Ribonucleic acid, a substance very similar to DNA. When a gene is ‘switched on’, RNA carbon copies of the gene’s code are made. The RNA moves outside the nucleus where they direct the manufacture of proteins. DNA can be thought of as a recipe book in the library that you can’t take out. RNA is a photocopy of a recipe that you can take home to cook something in your kitchen (making the protein).
Curvature of the spine.
The X and Y chromosomes determine the sex of an individual. Females have two X chromosomes: males have an X and a Y chromosome. The other 22 pairs of chromosomes are called the ‘autosomes’.
A type of muscle which is striated in appearance and usually attached to tendons. It is used to create movement, by applying force to bones and joints; via contraction. Other types of muscle include cardiac (heart) and smooth (blood vessels, stomach, intestines) muscle.
Cells that have not yet specialised to form a particular cell type, and can still become muscle cells or other types of cell.
Drugs that are similar to some of the hormones produced by the body. They are classed as anabolic (used illegally by athletes to build up muscle) or corticosteroids. Corticosteroids are similar to natural hormones produced by the adrenal glands that reduce inflammation and suppress the immune response. They are often prescribed to boys with Duchenne muscular dystrophy. These steroids may have an effect on stabilising or even improving muscle strength for a period of time but side effects are relatively common. The main steroid that is used is called prednisolone (prednisone in the USA). Deflazacort is also used in some countries. Sometimes also referred to as ‘glucocorticoids’.
This is a technique which uses reflected sound waves to see the internal structures of the body. It is now widely used in medicine for example to obtain images of muscle structure and internal organs or of the unborn child.
A very similar protein to dystrophin. Low levels of utrophin are present in everyone – including individuals with Duchenne muscular dystrophy – but in insufficient amounts to compensate for the loss of dystrophin.
Assistance in breathing by mechanically pumping air/oxygen into the lungs.
Viruses consist of genetic materials (DNA or RNA) surrounded by a protective coat of protein. They are capable of latching onto cells and getting inside them. Viruses are too small to be seen by the naked eye. They can’t multiply on their own, so they have to invade a ‘host’ cell and take over its machinery in order to be able to make more virus particles. They can be made harmless by changing their genetic code.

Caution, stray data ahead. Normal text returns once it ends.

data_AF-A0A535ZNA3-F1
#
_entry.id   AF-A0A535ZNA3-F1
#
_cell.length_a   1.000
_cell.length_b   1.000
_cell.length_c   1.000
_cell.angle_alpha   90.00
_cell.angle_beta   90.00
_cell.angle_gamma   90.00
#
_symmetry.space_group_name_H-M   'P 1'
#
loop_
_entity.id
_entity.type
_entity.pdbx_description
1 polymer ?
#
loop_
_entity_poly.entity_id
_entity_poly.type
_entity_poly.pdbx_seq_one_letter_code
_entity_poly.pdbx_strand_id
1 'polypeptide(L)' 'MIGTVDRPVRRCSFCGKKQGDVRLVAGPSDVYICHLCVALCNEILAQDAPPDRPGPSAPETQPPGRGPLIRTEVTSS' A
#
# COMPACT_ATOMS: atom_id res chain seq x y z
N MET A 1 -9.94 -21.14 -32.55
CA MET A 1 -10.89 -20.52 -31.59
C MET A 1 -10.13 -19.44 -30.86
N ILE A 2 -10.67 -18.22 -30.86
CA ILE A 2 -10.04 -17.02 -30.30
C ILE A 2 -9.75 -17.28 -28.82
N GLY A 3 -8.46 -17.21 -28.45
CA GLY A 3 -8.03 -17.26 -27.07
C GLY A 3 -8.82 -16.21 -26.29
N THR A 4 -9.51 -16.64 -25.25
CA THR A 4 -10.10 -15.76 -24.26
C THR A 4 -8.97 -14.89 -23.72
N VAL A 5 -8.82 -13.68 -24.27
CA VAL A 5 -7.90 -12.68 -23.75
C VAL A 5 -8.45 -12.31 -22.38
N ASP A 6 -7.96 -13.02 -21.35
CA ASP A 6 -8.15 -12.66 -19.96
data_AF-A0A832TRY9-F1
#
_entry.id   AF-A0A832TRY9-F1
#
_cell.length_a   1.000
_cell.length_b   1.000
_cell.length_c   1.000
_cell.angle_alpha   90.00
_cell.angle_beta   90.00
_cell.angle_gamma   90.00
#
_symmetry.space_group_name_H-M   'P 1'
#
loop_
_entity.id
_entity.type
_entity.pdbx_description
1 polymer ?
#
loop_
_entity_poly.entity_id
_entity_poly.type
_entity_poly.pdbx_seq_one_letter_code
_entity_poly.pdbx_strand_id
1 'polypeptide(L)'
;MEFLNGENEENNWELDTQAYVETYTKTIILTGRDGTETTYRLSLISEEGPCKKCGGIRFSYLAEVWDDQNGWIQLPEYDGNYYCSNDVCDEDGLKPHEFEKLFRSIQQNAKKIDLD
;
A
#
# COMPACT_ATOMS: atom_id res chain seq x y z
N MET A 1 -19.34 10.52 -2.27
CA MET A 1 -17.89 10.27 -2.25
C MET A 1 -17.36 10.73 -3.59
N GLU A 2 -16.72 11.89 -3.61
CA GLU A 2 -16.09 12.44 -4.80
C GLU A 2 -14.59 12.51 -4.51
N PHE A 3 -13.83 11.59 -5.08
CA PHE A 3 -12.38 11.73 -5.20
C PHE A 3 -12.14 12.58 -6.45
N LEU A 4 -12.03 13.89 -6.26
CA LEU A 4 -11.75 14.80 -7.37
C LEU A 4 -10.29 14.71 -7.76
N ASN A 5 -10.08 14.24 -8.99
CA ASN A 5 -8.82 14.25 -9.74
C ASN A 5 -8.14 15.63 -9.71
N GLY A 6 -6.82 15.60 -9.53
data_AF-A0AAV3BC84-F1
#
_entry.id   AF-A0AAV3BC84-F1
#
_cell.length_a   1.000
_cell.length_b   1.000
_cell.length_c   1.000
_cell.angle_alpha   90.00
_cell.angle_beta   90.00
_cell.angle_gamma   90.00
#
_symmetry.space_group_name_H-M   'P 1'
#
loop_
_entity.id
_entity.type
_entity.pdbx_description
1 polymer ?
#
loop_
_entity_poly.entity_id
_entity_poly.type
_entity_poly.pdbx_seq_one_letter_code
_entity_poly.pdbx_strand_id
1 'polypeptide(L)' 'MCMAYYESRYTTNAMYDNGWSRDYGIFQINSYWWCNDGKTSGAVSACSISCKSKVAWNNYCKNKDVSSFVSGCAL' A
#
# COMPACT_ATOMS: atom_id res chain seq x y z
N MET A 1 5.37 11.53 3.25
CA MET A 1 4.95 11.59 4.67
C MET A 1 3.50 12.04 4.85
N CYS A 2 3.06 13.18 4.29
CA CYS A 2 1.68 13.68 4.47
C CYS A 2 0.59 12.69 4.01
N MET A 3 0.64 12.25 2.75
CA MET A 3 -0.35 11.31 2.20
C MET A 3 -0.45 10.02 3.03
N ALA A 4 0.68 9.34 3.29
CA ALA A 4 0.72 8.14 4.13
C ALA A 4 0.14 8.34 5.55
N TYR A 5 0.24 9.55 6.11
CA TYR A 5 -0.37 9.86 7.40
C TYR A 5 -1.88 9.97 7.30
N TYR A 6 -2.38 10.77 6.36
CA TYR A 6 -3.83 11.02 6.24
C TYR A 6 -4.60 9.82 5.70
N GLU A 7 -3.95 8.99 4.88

A form of inheritance where the gene in question lies on the X chromosome. X-linked genes can be dominant but are usually recessive. Girls who carry an altered gene are usually not affected since they have a second normal copy of the gene. They are carriers, however, and can pass the affected gene on in 50% of their pregnancies. Boys who have only one X chromosome do not have a second normal copy of the gene so they will be affected by the disorder in question. Men with an X-linked condition will pass on the altered gene to all of their daughters who will be carriers but to none of their sons.
A tropical freshwater fish belonging to the minnow family. There are many advantages of using zebraﬁsh to study human disease and development: Firstly, zebraﬁsh are small in size, and are easy to keep and breed. They are more similar to humans than you think; many genes are shared between humans and zebraﬁsh, including the genes used to make muscles. The genes of zebraﬁsh can be modified; this means we can create mutations in genes which cause human diseases, such as muscular dystrophy. Importantly, zebrafish embryos are transparent, so we can easily observe their muscles developing. Finally, the embryos can be used to look for drugs which may prevent or slow the progression of a disease.